Why does Go panic on writing to a closed channel?

While one can use the value, ok := <-channel idiom for reading from channels, and thus the ok result can be tested for hitting a closed channel:

// reading from closed channel

package main

import "fmt"

func main() {
    ch := make(chan int, 1)
    ch <- 2


func read(ch <-chan int) {
    i,ok := <- ch   
    if !ok {
        fmt.Printf("channel is closed\n")
    fmt.Printf("read %d from channel\n", i)


read 2 from channel
channel is closed
channel is closed

Run "reading from closed channel" on Playground

Writing to a possibly closed channel is more convoluted, because Go will panic if you simply try to write when the channel is closed:

//writing to closed channel

package main

import (

func main() {
    output := make(chan int, 1) // create channel
    write(output, 2)
    close(output) // close channel
    write(output, 3)
    write(output, 4)

// how to write on possibly closed channel
func write(out chan int, i int) (err error) {

    defer func() {
        // recover from panic caused by writing to a closed channel
        if r := recover(); r != nil {
            err = fmt.Errorf("%v", r)
            fmt.Printf("write: error writing %d on channel: %v\n", i, err)

        fmt.Printf("write: wrote %d on channel\n", i)

    out <- i // write on possibly closed channel

    return err


write: wrote 2 on channel
write: error writing 3 on channel: send on closed channel
write: error writing 4 on channel: send on closed channel

Run "writing to closed channel" on Playground

As far as I know, there is not a simpler idiom for writing into a possibly closed channel without panicking. Why not? What is the reasoning behind such an asymmetric behavior between read and write?

  • 3
    How would we know? Ask on google golang group, maybe one of the authors will answer you. I can think of one reason. It just a good design to close a channel on producer side. Panicking forces you to design your application in such a way.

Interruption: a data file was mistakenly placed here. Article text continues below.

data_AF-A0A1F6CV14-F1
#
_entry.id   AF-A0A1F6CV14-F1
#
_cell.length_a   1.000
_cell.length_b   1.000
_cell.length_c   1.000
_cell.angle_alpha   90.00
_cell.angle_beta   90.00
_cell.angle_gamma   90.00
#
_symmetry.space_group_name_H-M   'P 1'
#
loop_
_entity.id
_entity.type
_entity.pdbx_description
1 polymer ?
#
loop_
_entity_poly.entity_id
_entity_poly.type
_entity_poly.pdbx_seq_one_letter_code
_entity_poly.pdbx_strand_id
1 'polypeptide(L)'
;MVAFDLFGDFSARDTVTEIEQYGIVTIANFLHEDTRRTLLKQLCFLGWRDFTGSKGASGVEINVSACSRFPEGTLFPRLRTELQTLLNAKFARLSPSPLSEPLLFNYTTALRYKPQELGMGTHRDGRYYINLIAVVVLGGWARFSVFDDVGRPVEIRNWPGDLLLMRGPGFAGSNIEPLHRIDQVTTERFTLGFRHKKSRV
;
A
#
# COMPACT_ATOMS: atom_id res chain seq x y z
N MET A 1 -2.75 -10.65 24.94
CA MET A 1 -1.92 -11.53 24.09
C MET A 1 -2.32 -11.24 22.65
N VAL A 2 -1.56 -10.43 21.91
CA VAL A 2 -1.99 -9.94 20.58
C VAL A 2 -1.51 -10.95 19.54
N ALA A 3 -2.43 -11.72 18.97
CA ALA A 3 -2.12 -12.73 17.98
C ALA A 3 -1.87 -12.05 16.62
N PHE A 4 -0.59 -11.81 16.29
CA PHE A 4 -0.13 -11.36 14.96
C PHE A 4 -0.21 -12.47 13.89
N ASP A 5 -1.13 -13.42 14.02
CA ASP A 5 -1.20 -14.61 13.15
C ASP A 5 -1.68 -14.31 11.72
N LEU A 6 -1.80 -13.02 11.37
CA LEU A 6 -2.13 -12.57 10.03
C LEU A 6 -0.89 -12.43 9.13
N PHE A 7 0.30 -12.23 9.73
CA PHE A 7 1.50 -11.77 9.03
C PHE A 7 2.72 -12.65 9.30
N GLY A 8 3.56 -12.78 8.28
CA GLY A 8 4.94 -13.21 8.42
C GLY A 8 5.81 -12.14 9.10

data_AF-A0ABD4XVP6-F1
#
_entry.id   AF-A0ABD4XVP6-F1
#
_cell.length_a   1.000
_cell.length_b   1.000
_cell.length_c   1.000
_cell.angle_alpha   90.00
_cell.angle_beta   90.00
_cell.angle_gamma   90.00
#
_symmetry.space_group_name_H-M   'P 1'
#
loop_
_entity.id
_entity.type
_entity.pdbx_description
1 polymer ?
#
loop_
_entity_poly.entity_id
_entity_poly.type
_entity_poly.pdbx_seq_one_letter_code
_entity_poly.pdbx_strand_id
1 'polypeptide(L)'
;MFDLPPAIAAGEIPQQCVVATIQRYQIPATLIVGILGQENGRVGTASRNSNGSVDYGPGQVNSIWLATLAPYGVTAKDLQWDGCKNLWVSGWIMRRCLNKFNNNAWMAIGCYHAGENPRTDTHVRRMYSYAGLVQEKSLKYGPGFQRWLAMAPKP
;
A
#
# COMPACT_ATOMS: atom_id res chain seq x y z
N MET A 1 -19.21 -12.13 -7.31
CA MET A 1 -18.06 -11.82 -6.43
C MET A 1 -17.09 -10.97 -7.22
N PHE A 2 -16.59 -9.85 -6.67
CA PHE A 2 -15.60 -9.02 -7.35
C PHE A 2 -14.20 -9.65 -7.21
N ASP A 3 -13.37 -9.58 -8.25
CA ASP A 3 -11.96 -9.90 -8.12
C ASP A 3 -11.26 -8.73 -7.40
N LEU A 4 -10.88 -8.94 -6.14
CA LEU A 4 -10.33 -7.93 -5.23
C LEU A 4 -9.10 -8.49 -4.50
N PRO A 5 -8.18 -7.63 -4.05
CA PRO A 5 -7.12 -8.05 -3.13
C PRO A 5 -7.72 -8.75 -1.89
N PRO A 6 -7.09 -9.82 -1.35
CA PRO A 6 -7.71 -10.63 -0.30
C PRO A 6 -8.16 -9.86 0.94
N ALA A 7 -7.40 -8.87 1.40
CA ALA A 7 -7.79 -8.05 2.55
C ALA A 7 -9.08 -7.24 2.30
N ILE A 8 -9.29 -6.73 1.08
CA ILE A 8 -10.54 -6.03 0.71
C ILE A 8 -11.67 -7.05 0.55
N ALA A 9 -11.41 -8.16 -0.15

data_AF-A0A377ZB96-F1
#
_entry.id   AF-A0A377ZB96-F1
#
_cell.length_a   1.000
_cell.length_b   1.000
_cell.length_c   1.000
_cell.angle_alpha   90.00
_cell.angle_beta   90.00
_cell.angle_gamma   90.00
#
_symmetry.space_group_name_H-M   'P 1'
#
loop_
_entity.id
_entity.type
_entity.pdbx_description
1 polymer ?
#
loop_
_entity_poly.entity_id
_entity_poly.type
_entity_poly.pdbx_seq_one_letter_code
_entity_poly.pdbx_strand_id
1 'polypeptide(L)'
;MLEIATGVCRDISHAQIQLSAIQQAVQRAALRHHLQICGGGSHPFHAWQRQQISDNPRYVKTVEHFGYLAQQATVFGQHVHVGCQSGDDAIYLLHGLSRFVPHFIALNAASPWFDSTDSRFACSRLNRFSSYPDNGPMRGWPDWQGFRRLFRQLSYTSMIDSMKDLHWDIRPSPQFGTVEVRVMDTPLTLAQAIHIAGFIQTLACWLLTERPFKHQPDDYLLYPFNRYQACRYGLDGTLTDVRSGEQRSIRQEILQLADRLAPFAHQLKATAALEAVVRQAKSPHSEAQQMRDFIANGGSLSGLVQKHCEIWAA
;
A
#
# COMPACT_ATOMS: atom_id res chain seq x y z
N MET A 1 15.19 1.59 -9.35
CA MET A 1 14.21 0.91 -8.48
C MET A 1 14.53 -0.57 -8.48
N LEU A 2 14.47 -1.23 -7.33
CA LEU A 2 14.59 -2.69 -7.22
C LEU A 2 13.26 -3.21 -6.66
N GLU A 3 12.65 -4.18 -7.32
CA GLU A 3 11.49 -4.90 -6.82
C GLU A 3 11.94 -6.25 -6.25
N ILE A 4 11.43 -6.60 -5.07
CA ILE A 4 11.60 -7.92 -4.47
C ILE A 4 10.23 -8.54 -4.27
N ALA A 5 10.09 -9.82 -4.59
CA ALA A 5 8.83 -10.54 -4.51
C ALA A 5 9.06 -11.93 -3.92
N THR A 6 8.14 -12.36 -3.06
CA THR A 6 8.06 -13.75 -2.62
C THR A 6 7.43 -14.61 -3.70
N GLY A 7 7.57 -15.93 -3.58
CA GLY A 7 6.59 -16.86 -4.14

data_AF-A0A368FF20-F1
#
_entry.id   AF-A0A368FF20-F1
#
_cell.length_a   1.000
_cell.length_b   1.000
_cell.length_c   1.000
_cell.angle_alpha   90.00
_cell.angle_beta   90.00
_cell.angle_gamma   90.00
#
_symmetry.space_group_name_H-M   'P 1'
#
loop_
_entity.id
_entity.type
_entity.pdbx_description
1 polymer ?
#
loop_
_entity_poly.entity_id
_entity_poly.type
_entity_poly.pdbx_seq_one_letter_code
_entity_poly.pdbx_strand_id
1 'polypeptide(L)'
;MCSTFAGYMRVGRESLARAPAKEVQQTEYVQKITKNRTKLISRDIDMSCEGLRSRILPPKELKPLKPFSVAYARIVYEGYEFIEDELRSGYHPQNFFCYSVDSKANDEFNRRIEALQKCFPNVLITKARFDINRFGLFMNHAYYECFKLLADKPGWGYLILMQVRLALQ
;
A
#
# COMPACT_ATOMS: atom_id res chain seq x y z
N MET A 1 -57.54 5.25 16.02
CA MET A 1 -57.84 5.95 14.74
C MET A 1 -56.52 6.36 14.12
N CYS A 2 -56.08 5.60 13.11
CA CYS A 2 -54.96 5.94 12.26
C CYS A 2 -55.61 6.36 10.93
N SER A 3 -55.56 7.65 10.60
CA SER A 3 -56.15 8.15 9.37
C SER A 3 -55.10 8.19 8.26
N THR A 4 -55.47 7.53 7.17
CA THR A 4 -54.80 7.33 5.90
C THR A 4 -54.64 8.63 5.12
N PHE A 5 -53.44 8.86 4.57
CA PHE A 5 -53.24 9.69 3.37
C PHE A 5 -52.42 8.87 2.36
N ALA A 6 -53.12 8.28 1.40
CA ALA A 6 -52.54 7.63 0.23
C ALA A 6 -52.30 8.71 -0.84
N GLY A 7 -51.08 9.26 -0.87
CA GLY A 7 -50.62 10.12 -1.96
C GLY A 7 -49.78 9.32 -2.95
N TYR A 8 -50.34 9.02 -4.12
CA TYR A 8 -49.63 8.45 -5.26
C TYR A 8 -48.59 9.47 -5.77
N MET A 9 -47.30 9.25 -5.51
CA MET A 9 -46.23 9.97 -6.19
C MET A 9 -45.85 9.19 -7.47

– creker
    Jan 20, 2016 at 10:50
  • 6
    Closing a channel is a signal that here will be no more values. Writing to a closed channel is a program error, which panics.
    – JimB
    Jan 20, 2016 at 11:32

2 Answers 2


From the Go Language Spec:

For a channel c, the built-in function close(c) records that no more values will be sent on the channel. It is an error if c is a receive-only channel. Sending to or closing a closed channel causes a run-time panic. Closing the nil channel also causes a run-time panic. After calling close, and after any previously sent values have been received, receive operations will return the zero value for the channel's type without blocking. The multi-valued receive operation returns a received value along with an indication of whether the channel is closed.

If you write to a closed channel, your program will panic. You could potentially catch this error with recover if you really want to do that, but being in a situation where you don't know whether the channel you are writing to is open is usually a sign of a bug in the program.

Some quotes:

Here is a motivation:

A channel "close" is really just a send of a special value on a channel. It is a special value that promises that no more values will be sent. Attempting to send a value on a channel after it has been closed will panic, since actually sending the value would violate the guarantee provided by close. Since a close is just a special kind of send, it is also not permitted after the channel has been closed.

Here is another:

The only use of channel close is to signal to the reader that there are no more values to come. That only makes sense when there is a single source of values, or when multiple sources coordinate. There is no reasonable program in which multiple goroutines close a channel without communicating. That would imply that multiple goroutines would know that there are no more values to send--how could they determine that if they don't communicate?

(Ian Lance Taylor)


Here is another:

Closing a channel releases it as a resource. It makes no more sense to close a channel multiple times than it makes to close a file descriptor multiple times, or free a block of allocated memory multiple times. Such actions imply the code is broken, which is why closing a closed channel triggers a panic.

(Rob Pike)


Source: Go design detail rationale question - channel close

  • "but being in a situation where you don't know whether the channel you are writing to is open is usually a sign of a bug in the program". What if there are multiple concurrent writers to the same channel and one of them decide to close the channel without having to inform all the other goroutines?
    – Sreram
    May 19, 2021 at 13:32
  • 2
    @Sreram you can have multiple channels instead of having multiple writers to the same channel. and then close each channel. on the receiving side you can use a select to pick from each channel when they are ready. Jul 16, 2021 at 17:53

Go channels are designed for 1 writer, and multiple readers. Thus the writer has to create, share, and close the channel once is done writing. In a way, the writer owns the channel. Although you could have multiple writers on a single channel (this is not advised/recommended).

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